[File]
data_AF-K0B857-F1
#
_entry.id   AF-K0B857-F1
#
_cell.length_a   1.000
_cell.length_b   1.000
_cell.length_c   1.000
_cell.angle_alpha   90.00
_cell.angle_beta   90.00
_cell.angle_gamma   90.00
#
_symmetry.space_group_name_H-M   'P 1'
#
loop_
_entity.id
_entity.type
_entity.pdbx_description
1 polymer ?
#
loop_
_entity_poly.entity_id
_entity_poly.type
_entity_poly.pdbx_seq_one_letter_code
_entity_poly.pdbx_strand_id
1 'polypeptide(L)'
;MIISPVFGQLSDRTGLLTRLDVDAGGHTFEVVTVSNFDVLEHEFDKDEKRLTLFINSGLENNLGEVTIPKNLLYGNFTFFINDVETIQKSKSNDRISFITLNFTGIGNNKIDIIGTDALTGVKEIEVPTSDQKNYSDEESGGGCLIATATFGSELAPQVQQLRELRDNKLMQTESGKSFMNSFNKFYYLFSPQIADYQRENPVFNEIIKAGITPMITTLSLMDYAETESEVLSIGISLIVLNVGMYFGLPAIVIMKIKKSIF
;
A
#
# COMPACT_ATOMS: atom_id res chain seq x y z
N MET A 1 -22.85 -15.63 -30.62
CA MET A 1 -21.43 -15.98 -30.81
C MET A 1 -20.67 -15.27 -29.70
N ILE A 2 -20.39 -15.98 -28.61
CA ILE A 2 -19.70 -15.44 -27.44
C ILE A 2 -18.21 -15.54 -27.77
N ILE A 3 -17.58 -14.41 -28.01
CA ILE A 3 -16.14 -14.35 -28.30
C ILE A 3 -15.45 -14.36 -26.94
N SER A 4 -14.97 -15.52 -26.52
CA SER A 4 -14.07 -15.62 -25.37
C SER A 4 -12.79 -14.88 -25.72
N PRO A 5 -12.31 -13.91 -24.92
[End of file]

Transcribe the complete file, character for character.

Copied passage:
data_AF-K0B857-F1
#
_entry.id   AF-K0B857-F1
#
_cell.length_a   1.000
_cell.length_b   1.000
_cell.length_c   1.000
_cell.angle_alpha   90.00
_cell.angle_beta   90.00
_cell.angle_gamma   90.00
#
_symmetry.space_group_name_H-M   'P 1'
#
loop_
_entity.id
_entity.type
_entity.pdbx_description
1 polymer ?
#
loop_
_entity_poly.entity_id
_entity_poly.type
_entity_poly.pdbx_seq_one_letter_code
_entity_poly.pdbx_strand_id
1 'polypeptide(L)'
;MIISPVFGQLSDRTGLLTRLDVDAGGHTFEVVTVSNFDVLEHEFDKDEKRLTLFINSGLENNLGEVTIPKNLLYGNFTFFINDVETIQKSKSNDRISFITLNFTGIGNNKIDIIGTDALTGVKEIEVPTSDQKNYSDEESGGGCLIATATFGSELAPQVQQLRELRDNKLMQTESGKSFMNSFNKFYYLFSPQIADYQRENPVFNEIIKAGITPMITTLSLMDYAETESEVLSIGISLIVLNVGMYFGLPAIVIMKIKKSIF
;
A
#
# COMPACT_ATOMS: atom_id res chain seq x y z
N MET A 1 -22.85 -15.63 -30.62
CA MET A 1 -21.43 -15.98 -30.81
C MET A 1 -20.67 -15.27 -29.70
N ILE A 2 -20.39 -15.98 -28.61
CA ILE A 2 -19.70 -15.44 -27.44
C ILE A 2 -18.21 -15.54 -27.77
N ILE A 3 -17.58 -14.41 -28.01
CA ILE A 3 -16.14 -14.35 -28.30
C ILE A 3 -15.45 -14.36 -26.94
N SER A 4 -14.97 -15.52 -26.52
CA SER A 4 -14.07 -15.62 -25.37
C SER A 4 -12.79 -14.88 -25.72
N PRO A 5 -12.31 -13.91 -24.92